Former prime ministers David Cameron and Tony Blair have warned Boris Johnson that cutting the UK’s overseas aid budget would undermine the UK’s G7 presidency next year and cost lives.
The UK is committed to spending 0.7% of GDP on aid – a global benchmark.
But the government is considering reducing the target to 0.5%, which would have saved around £4bn this year.
Such a decision would be a “moral, strategic and political mistake”, Mr Cameron has warned.
Spending on foreign aid is linked to the UK’s national income – its GDP – which has been badly impacted by the pandemic.
The government has already announced a £2.9bn cut from the budget for the rest of 2020 so as to avoid over-shooting the 0.7% target.
The 0.7% target, initially proposed by the United Nations in the 1970s, was first adopted in the UK by Mr Blair’s Labour government in 2005.
However, it was not actually reached until 2013 – under the coalition government, led by Mr Cameron.
The proportion of GDP spent on aid was 0.24% in 1999, but steadily increased from there.
Speaking to the Daily Telegraph, Mr Blair said Britain’s 0.7% commitment had saved millions of lives in the past 20 years by helping to reduce deaths from deadly diseases such as malaria and HIV in Africa.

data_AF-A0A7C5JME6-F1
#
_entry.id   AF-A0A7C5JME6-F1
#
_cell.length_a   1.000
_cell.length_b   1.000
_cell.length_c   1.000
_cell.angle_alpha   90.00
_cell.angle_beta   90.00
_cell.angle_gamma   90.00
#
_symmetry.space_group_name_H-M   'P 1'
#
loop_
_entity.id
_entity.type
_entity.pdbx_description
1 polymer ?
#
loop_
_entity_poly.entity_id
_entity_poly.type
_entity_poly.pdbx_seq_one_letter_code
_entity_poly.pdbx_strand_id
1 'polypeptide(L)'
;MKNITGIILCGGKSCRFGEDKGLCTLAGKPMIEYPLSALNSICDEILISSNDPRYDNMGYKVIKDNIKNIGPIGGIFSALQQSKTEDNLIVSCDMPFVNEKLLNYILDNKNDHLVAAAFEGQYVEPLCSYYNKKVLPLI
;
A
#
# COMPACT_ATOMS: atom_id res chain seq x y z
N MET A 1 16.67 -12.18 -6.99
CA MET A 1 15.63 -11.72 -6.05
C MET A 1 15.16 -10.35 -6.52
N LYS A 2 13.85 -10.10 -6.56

Millions have also been educated, living standards raised, and life expectancy “dramatically” increased, he added.
The former Labour leader said: “This has been a great British soft power achievement. It isn’t about charity. It’s enlightened self-interest.
“Neither the challenge of climate or Covid can be met without Africa. Nor can those of extremism and uncontrolled immigration.”
Overseas aid budgets were protected from cuts under Mr Cameron and Theresa May, but some Conservatives have argued money should be re-directed to domestic priorities.
The UK’s national debt is over £2trillion, and on Friday the Office for National Statistics (ONS) said borrowing hit £22.3bn last month, the highest October figure since monthly records began in 1993.
The overall debt has now reached 100.8% of gross domestic product (GDP) – a level not seen since the early 1960s.
The UK assumes the presidency of the G7, taking over from the US, on 1 January.
Reducing the UK’s contributions to foreign aid could also risk alienating President-elect Joe Biden when he enters the White House in January, Mr Cameron and Mr Blair added.
The G7 (or Group of Seven) is made up of the world’s seven largest so-called advanced economies: Canada, France, Germany, Italy, Japan, the United Kingdom and the US.
General Lord David Richards, former head of the British Army, backed the former prime ministers, saying it was in the UK’s interests to be “as generous as possible”, adding: “It’s much cheaper than fighting wars.”